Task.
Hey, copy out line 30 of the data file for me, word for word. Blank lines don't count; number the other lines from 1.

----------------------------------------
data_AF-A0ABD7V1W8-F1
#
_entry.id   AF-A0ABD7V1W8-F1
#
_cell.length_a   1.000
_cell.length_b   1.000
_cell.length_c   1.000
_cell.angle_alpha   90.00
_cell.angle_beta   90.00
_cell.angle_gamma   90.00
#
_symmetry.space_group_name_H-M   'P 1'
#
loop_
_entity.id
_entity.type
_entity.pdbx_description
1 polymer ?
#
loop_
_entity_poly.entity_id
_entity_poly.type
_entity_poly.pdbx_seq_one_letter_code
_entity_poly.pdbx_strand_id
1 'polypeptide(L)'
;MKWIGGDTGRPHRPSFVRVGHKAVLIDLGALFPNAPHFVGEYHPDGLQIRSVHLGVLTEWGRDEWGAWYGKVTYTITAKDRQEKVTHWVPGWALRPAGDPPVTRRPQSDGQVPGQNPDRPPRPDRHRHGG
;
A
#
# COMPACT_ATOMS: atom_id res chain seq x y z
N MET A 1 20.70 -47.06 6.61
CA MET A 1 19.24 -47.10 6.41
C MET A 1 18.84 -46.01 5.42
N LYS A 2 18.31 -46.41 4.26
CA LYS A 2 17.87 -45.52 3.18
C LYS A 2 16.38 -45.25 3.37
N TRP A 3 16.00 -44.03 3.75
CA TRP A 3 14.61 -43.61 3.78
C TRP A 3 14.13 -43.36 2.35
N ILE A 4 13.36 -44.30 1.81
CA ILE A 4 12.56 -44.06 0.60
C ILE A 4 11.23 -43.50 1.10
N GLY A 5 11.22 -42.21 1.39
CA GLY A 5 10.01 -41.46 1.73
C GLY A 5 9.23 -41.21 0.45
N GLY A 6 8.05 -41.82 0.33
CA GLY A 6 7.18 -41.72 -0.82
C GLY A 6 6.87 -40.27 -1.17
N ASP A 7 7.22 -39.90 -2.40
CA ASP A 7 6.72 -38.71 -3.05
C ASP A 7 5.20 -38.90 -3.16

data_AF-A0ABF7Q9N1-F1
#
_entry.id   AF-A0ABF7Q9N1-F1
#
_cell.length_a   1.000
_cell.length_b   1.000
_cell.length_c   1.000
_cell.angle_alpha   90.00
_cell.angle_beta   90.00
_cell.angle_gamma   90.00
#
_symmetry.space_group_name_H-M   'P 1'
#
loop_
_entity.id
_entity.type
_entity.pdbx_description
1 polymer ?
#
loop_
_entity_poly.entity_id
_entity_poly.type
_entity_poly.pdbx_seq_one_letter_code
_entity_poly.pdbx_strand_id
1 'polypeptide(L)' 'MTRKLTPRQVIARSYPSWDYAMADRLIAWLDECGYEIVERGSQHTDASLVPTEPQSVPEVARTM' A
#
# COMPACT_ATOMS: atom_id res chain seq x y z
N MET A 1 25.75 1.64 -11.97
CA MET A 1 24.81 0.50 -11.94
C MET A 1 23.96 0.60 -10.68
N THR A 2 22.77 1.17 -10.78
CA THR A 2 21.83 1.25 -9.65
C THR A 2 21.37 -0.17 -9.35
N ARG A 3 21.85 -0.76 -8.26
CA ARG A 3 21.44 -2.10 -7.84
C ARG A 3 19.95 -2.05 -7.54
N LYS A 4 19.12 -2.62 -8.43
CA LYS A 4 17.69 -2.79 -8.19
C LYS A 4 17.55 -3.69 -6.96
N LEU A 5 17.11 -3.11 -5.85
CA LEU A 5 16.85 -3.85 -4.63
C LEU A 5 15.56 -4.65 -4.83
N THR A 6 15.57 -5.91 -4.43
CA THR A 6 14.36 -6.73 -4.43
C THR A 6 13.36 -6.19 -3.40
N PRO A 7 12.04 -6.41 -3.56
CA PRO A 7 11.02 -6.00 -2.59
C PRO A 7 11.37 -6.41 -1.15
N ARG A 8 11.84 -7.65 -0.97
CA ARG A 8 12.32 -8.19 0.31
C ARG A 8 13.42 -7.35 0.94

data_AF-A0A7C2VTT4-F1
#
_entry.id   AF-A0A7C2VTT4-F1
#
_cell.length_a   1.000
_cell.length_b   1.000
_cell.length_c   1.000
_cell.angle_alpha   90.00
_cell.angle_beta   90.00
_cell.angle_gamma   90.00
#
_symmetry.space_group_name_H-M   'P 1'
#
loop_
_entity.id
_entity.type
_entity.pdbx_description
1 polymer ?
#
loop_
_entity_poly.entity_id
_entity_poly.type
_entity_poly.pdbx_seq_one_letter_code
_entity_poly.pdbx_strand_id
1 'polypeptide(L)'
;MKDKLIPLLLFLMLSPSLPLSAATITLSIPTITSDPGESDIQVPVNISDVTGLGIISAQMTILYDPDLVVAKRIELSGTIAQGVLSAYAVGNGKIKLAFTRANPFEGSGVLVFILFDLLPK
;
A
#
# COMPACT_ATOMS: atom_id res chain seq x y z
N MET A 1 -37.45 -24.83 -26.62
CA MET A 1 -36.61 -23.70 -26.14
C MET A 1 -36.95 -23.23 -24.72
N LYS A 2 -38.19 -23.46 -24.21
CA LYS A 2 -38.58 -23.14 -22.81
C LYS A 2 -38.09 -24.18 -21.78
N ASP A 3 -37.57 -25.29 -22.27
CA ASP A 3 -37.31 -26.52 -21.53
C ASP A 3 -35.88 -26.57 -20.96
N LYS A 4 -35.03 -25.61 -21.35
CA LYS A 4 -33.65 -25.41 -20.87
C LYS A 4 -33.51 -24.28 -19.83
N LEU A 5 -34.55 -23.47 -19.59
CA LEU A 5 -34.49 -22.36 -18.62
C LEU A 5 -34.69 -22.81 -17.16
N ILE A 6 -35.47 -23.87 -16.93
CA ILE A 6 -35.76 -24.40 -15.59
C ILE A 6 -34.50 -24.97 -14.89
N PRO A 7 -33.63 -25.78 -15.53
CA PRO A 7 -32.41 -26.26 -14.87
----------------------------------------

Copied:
# COMPACT_ATOMS: atom_id res chain seq x y z